Carbohydrates are one of the three key macronutrients in our diet, along with protein and fat. These macronutrients are the nutrients that should provide the majority of the energy in our diet.
The name “carbohydrates” comes from their chemical composition because they’re made of three elements: carbon, hydrogen and oxygen.
Carbs might have picked up a bad reputation over the years, but they are essential to well-being and normal functions of our bodies. They are a vital part of a healthy, balanced diet.
Why do we need carbs?
Carbohydrates are the main source of energy for our bodies, providing the fuel we need for our nervous system, organs and muscles to work.
Without energy from carbs, our body will start using protein and fat, however that is not recommended in the long term. The brain’s primary energy source is glucose, and while it can run on its back-up power source of ketones (which we can create from breaking down fats) this should only ever be a short-term solution. Carbohydrate-rich foods also provide other essential nutrients, including vitamins or minerals.
When we eat carbs, the body breaks them down into smaller molecules, which are then absorbed into the bloodstream by the smaller intestine. These molecules can then undergo further breakdown, and finally conversion into energy for all of our cells.
When this energy is not used, we can store excess carbohydrate in our muscles for later as glycogen. However, muscle capacity isn’t unlimited, so when all the glycogen deposits are full the excess carbohydrate will be stored as fat.
Long story short, when you eat more carbs and produce more energy than your body can use, the excess becomes fat. This is why carbs have such a bad reputation when it comes to weight gain- but remember, it’s energy in versus energy out, so carbs themselves are by no means a bad thing.
Indeed, not all carbs are equal…
Types of carbs
There are three main types of carbs, providing us with energy but some also contain other important nutrients for our health.
SugarsSugar naturally found in whole fruits and vegetables, and in dairy, is not something you need to avoid as this is considered “naturally-occurring” sugar. ‘Free sugar’ on the other hand, i.e. the type of sugar added to foods or released from cells such as in fruit juices, should only be consumed in moderation. Consuming too much free sugar can lead to weight gain from excess calorie consumption, and is associated with an increased risk of tooth decay.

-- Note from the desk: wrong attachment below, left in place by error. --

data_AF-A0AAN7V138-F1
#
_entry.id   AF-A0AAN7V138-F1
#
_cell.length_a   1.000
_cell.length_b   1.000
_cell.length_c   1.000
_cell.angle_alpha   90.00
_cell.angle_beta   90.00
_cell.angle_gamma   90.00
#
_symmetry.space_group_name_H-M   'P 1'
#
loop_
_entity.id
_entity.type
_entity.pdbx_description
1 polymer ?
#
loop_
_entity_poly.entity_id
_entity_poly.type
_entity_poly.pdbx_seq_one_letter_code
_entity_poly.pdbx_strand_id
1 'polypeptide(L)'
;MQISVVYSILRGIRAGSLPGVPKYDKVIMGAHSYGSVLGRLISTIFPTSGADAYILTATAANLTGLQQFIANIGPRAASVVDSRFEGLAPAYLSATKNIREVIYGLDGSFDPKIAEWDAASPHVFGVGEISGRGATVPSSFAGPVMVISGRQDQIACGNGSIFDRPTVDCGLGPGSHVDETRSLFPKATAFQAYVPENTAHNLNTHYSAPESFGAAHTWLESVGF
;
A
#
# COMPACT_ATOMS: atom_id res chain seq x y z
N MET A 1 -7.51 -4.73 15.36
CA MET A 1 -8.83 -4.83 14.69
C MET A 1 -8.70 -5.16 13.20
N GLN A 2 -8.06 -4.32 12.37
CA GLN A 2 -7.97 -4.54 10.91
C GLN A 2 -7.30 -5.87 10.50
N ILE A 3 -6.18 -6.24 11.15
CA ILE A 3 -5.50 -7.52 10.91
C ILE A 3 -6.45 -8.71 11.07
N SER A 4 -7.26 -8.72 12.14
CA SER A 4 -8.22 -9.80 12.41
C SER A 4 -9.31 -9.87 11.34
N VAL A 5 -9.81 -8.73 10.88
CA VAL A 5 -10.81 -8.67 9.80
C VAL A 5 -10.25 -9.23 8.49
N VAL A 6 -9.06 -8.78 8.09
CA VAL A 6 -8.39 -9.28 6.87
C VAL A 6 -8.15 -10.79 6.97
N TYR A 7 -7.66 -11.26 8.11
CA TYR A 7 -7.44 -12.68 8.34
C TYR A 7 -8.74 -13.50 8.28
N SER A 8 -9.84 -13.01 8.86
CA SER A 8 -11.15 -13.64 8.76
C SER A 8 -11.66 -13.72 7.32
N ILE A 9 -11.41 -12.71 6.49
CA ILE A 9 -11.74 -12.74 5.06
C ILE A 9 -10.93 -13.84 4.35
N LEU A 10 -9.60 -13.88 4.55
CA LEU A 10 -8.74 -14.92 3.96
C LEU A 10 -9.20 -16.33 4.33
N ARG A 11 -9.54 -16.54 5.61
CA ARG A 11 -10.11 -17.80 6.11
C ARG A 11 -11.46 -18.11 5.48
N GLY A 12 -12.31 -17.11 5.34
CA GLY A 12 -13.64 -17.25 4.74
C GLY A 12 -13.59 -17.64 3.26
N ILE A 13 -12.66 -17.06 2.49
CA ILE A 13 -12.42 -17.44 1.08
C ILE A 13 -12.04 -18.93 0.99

Starch is found in foods like bread, potatoes, pasta, rice, and cereal. This type of carbohydrate provides a slow and steady release of energy. If possible, choose wholegrain products like wholegrain bread, brown rice or whole-wheat pasta, as these provide increased fibre- something we all should be aiming to eat more of!
Fibre is also a type of carbohydrate, but this provides much less energy per gram than sugars or starches. We can get our necessary fibre-intake from a eating a variety of sources such as vegetables, fruits, pulses or wholegrains. Learn more about fibre and how to up your intake from our dedicated article.
How many carbs do we need?
The general recommendation for a balanced diet is that a third of our food intake should comprise starchy carbohydrate foods, choosing wholegrain options wherever possible. So make better carb choices and choose wholegrains, vegetables, legumes and fruits that are high in fibre, vitamins and minerals.
Craving some carbs? Why not make some delicious breaded cod fillet with Mediterranean rice for a hearty, warming meal? Or give this chicken pesto pasta recipe a go if you’re looking for a quick meal idea.